Interviews with Scientists: Beata Mierzwa

Interviews with Scientists: Beata Mierzwa
5 months ago

Interviews with Scientists: Beata Mierzwa

In the next in our Interviews with Scientists series, we spoke to Beata Mierzwa, a Molecular Biologist and Science Artist at the Ludwig Institute for Cancer Research and University of California San Diego.

Beata Mierzwa studies how human cells divide and shares the beauty of science through art and fashion. Her postdoctoral research aims to advance the world’s understanding of cell division and improve cancer therapy. Beyond her academic career, Beata creates science-themed drawings and clothes. Her hand-drawn illustrations use metaphor to portray scientific concepts in intuitive ways, while her microscopy fashion celebrates the beauty of the molecular world. She also created a science video game, Microscopya, that invites players to explore the beauty inside our cells.

Through her AAAS IF/THEN Ambassadorship for science outreach and her work with Young Women in Bio – Southern California, she aims to inspire creative students to pursue careers in STEM.

We had a truly inspiring conversation with Beata in which she told us about her fascination for cell division, her drive to inspire girls in STEM, and her uniquely artistic approach to science communication…


Thanks for speaking with us, Beata! Please can you tell us a little more about your current role?

I'm currently working on my postdoctoral research at the Ludwig Institute for Cancer Research and University of California San Diego. I am fascinated by the many unresolved questions underlying cell division. After studying the mechanism of the final step in cell division during my PhD, my postdoctoral research focuses on exploring mitosis from a broader angle. I use genome-wide CRISPR screens to discover novel genes that are essential for cell division and investigate differences in requirements for mitotic entry between different types of human cells. Uncovering cell type-specific mitotic genes has the potential to identify new targets for cancer therapy.


Did you always want to work in science when you were younger, and if so why?

I always had a natural curiosity as a child, and I still hear anecdotes from my family about me asking an overwhelming amount of questions about how everything works. I first learned about molecular biology in high school and became fascinated by the wonders that make life possible, in particular the concept of how our bodies are made of cells and how our genetic code makes us who we are. This drew me to a career in the life sciences, and I started studying molecular biology before I even knew what the inside of a lab looked like. The more I learned about the complexity and interconnectedness of molecular processes, the more I realized how much there is still to discover. I fell in love with cell division when I saw my first dividing cell under the microscope and have been studying this process ever since.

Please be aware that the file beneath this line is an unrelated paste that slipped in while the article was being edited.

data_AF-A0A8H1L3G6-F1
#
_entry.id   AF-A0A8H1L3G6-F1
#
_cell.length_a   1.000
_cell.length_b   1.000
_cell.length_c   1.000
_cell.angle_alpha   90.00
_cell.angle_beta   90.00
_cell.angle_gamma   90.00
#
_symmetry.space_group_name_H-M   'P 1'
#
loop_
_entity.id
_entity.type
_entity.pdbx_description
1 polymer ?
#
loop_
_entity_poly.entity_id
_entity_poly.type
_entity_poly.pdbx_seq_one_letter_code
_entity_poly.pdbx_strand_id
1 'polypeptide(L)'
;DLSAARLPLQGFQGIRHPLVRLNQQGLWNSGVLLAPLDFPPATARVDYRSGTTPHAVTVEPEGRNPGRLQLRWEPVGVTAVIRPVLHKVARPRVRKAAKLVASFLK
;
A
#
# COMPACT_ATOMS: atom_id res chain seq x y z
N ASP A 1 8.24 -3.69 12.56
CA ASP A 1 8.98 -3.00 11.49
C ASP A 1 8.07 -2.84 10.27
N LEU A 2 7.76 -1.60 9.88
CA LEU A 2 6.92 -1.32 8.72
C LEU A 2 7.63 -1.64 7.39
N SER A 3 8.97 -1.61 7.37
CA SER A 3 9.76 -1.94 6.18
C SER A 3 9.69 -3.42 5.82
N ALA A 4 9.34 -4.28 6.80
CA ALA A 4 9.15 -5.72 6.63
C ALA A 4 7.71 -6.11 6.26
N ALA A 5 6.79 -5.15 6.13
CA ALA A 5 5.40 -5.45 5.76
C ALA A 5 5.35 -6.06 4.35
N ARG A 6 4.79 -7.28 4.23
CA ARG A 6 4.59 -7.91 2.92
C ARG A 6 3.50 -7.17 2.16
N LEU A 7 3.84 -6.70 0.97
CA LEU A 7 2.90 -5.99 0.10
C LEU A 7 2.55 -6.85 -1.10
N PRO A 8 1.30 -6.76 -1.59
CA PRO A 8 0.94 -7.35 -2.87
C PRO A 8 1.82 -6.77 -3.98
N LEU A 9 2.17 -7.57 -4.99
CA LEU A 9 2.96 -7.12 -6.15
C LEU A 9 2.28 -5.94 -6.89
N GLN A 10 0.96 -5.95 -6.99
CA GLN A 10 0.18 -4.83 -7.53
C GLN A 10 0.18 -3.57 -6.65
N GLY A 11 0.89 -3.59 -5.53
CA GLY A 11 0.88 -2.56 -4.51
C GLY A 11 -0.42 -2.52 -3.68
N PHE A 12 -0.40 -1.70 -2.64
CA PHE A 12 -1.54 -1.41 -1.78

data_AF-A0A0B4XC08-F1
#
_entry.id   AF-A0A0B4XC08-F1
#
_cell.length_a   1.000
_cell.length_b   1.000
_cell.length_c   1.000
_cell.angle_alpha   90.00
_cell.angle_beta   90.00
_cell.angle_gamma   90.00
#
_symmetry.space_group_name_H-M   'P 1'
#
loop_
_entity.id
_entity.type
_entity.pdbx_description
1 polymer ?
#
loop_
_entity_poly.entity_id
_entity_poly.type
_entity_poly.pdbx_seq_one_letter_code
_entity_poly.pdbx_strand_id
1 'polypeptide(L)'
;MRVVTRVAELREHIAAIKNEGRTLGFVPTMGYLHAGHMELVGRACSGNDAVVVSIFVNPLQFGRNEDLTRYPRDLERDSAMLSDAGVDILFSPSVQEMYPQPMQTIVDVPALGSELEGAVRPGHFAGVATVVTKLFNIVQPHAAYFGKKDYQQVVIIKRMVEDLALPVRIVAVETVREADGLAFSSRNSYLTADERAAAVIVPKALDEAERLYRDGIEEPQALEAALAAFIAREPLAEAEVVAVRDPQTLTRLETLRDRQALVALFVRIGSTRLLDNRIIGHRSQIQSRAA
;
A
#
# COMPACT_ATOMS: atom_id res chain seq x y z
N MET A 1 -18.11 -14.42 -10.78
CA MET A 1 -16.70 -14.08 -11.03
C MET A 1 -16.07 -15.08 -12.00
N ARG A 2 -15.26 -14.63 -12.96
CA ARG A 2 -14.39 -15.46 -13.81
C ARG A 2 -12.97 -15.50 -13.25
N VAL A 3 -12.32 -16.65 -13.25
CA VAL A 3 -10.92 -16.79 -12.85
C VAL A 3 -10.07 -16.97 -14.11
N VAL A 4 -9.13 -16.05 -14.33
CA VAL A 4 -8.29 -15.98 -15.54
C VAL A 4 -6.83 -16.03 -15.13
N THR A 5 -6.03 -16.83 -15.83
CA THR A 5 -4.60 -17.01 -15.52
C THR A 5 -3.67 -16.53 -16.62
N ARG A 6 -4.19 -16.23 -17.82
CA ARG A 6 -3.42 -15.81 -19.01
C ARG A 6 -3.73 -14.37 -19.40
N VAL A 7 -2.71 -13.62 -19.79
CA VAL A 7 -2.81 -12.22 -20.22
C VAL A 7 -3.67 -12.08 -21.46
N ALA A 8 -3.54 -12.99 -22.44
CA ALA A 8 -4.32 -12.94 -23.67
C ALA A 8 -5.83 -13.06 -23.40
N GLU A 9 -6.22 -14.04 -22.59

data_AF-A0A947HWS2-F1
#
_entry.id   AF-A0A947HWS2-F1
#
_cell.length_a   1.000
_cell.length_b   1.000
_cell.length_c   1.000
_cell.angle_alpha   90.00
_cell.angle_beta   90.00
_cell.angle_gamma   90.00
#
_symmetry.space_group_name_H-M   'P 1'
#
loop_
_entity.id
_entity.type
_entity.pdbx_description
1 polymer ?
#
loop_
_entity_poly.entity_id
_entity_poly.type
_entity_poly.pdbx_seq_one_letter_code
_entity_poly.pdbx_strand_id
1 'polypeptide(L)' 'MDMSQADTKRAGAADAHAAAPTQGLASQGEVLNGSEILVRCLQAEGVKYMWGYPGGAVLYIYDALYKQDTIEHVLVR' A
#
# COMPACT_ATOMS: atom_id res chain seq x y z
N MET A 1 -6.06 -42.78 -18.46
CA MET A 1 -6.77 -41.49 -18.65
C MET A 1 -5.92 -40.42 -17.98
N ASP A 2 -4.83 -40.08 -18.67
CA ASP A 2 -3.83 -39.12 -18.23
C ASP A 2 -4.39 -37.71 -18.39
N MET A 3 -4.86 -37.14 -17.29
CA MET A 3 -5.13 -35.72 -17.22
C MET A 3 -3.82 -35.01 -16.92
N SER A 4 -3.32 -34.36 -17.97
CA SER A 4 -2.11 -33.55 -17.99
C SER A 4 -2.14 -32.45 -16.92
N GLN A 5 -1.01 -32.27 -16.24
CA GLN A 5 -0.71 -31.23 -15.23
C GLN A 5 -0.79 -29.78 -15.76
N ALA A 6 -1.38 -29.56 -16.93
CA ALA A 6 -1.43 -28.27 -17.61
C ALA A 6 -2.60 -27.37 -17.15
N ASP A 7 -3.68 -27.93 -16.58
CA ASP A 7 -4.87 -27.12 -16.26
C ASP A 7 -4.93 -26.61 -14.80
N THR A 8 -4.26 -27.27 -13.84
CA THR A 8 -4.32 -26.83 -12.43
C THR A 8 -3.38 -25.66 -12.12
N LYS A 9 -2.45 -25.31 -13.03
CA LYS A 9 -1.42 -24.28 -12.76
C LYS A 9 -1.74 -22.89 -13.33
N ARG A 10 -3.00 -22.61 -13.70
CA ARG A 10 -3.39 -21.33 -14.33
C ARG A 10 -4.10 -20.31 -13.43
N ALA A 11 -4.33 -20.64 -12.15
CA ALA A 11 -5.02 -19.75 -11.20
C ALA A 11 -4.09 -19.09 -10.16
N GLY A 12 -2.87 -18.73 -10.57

What do you enjoy most about working in STEM?

I love the idea that my research helps advance human knowledge and makes a positive impact on our world. The possibility of having the chance to see something under the microscope that nobody has seen before is incredibly inspiring to me. Even though working in the lab can be challenging at times, these are the moments that are extremely rewarding for the scientist in me. I also enjoy getting to use my creativity in designing experiments and exploring unconventional ways to communicate my research.


You are passionate about science communication. Why is this so important to you?

Science communication is a crucial part of scientific exchange and collaboration, both inside and outside the scientific community. With increasing specialization and complexity of methodologies, communicating science is key to interdisciplinary and innovative research by promoting collaboration between distinct scientific fields. Sharing scientific discoveries beyond the scientific community is just as important, and I believe that it is our responsibility as scientists to engage the public and help promote trust in the scientific method.